DVAR TORAH: BELIEF AND DISBELIEF
by RABBI S.WEISS
Our Sedra of B’Har begins with the Mitzva of Shmita (which is fast approaching here in Israel!). Rashi asks why it is davka this Mitzva – of leaving the land untouched every seventh year – that is said to have been given on Mount Sinai. Rashi offers the cryptic answer: “Just as this commandment was said on Har Sinai, so ALL the Mitzvot emanate from there (as opposed to being man-made).”
Okay, fair enough. But I still don’t see why Shmita has to be the Mitzva that represents all the other Mitzvot. Why not choose kashrut, Shabbat, love the convert, etc? What is it exactly about Shmita that makes it so special?
DVAR TORAH: THE LONELY MAN OF METZORA
by RABBI S. WEISS
Metzora is a lonely Sedra this Shabbat. Usually coupled with Tazria or Parshat HaChodesh, it is rarely left like this to fend for itself. But don’t feel too bad for it; the lonely Metzora may actually be the key to our Redemption!
The famous Gemara in Sanhedrin 98 depicts Moshiach as a Metzora, a tzara’at-stricken sufferer, who sits, all bandaged up, at the gates of Rome. There he faithfully waits – in each and every generation – until the Jewish People will finally unite as one nation under G-d and merit his coming.
Now, of all the different guises we might have guessed for Moshiach, this one is surely the strangest! Talmid chacham, nobleman, military hero or leader of men, THAT I would understand. But tzara’at victim? What is that all about?
DVAR TORAH: TRUTH AND CONSEQUENCES
by RABBI S. WEISS
Talk about strange bedfellows! Our parsha of Tazria contains two seemingly opposite subjects: The birth of a child, & the disease of tzara’at, which renders a person spiritually impure. The first is a source of joy & blessing, the second a cause for grief & embarrassment.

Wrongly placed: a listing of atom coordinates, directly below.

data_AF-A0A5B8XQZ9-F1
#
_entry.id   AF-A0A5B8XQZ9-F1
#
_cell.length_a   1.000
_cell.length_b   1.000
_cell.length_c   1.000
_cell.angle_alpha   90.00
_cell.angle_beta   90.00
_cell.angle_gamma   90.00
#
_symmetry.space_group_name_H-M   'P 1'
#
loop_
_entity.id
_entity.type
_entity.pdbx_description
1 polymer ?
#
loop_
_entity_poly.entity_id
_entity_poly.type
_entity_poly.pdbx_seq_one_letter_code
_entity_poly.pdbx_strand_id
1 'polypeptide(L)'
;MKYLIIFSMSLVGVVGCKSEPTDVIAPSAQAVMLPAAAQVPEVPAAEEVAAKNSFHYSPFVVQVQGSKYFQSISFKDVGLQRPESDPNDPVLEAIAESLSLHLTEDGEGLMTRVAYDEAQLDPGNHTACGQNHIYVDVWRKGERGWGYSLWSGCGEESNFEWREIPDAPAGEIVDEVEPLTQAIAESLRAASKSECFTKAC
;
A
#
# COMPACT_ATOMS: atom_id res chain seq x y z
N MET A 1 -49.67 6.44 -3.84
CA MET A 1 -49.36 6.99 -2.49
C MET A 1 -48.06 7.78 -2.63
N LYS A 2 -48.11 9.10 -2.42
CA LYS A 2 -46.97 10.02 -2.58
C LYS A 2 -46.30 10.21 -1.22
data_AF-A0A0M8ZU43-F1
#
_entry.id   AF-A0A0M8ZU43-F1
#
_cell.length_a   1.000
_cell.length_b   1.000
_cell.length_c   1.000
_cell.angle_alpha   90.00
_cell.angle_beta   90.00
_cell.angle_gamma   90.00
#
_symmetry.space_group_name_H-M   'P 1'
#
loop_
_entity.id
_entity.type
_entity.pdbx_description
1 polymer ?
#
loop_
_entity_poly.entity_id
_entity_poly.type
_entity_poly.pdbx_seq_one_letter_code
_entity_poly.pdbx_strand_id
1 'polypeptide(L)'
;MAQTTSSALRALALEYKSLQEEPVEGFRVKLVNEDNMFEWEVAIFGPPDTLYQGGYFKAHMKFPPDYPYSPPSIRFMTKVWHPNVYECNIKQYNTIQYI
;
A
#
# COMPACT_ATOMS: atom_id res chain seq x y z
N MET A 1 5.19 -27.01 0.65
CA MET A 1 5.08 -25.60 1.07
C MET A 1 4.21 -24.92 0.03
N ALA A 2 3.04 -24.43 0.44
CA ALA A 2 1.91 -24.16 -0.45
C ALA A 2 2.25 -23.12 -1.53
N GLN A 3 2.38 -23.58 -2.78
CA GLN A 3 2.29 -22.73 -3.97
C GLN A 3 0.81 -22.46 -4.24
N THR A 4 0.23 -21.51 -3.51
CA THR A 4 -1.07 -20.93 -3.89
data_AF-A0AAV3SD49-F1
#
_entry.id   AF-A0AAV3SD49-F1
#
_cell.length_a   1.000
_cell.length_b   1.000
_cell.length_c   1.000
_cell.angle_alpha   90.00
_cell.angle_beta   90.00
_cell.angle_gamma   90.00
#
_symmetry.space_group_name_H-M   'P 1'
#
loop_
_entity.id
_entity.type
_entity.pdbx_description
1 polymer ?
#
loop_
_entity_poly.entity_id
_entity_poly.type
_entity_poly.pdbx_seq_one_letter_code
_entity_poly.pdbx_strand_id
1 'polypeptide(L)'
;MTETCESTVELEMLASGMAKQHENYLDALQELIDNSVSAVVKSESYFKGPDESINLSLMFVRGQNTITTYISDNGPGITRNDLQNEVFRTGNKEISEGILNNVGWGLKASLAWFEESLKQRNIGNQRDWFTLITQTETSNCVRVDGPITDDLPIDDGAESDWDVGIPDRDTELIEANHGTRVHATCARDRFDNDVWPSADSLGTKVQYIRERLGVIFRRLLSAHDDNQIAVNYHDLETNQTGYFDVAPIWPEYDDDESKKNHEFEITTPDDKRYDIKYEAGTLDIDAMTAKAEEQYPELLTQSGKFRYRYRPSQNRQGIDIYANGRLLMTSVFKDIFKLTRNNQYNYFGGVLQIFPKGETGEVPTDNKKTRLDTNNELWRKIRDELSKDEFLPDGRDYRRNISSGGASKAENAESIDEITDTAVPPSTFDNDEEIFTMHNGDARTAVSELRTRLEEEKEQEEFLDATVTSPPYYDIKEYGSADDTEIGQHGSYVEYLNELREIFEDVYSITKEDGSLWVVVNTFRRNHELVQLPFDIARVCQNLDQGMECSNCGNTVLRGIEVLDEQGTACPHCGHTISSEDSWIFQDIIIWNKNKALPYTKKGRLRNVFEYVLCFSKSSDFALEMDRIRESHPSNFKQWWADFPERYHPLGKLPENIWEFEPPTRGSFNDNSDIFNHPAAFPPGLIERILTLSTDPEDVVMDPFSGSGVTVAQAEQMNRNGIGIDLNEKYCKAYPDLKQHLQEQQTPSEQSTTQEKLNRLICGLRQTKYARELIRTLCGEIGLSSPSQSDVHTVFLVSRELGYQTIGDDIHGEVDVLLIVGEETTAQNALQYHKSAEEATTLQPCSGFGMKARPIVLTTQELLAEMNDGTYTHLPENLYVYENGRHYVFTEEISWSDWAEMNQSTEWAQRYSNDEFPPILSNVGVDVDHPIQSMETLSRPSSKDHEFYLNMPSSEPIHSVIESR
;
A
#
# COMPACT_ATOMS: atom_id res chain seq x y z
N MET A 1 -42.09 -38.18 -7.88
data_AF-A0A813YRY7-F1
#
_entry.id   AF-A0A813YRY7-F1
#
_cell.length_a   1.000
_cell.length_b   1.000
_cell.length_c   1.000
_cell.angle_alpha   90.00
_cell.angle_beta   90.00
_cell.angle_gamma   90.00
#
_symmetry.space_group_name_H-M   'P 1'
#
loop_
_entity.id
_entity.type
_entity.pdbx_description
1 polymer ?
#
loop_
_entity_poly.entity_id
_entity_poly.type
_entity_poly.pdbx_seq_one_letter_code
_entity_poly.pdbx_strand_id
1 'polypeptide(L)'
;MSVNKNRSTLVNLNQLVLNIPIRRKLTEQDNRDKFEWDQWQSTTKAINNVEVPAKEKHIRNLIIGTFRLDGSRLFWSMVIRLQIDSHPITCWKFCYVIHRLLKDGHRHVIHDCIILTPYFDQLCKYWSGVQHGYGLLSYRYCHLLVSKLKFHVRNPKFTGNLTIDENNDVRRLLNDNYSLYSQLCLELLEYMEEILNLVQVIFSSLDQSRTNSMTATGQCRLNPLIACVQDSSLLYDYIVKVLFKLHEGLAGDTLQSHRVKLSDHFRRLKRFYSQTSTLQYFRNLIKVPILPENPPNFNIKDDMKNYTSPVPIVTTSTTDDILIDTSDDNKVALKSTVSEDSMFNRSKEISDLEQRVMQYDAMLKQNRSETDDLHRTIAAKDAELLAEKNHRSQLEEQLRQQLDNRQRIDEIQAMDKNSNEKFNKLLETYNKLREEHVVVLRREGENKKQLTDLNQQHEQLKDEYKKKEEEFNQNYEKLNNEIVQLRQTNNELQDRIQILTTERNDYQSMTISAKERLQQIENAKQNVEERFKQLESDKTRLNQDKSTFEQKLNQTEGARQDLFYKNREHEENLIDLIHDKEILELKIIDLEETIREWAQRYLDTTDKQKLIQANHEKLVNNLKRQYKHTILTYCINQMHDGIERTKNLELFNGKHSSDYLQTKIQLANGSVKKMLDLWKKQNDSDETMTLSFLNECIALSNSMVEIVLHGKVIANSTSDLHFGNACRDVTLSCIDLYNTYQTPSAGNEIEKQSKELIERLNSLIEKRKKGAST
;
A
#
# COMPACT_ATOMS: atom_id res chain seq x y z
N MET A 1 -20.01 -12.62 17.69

by RABBI STEWART WEISS
“I can’t think about that right now. If I do, I’ll go crazy. I’ll think about that tomorrow.”
This year marks the 75th anniversary of the epic film, Gone With the Wind. The grand, sweeping drama revolves around the spoiled daughter of a wealthy Southern plantation owner and her dashing beau Captain Rhett Butler, played out against the backdrop of the American Civil War. It captivated audiences worldwide and won numerous awards, including Oscars for best picture, best director, best actress and best supporting actress (to Hattie McDaniel, the first African-American ever to win an Academy Award). The film, the most successful in box-office history, is based on Margaret Mitchell’s Pulitzer Prize-winning best-seller published three years earlier. Gone With the Wind – the only book Mitchell would ever write is considered by American readers to be the second favorite book, just behind the Bible, and has to date sold 30 million copies. The movie has been seen by hundreds of millions of people, graphically bringing home the trauma and tragedy of the War Between Brothers, the bloodiest conflict in the history of the United States.
DVAR TORAH: SOMETIMES, MORE IS LESS
by RABBI S. WEISS
One of the most tragic – & mysterious – of all events in the entire Torah occurs in our Sedra:
Nadav & Avihu, Ahron’s oldest sons, offer “strange fire” as part of the incense offering, & they die.
Commentators offer a variety of different reasons for their death:
- They decided a law in front of their rabbis, Moshe & Ahron;
- They were intoxicated;
- They added a new offering to the Avoda othat had not been commanded to them;
- They added an extra ingredient to the Korban.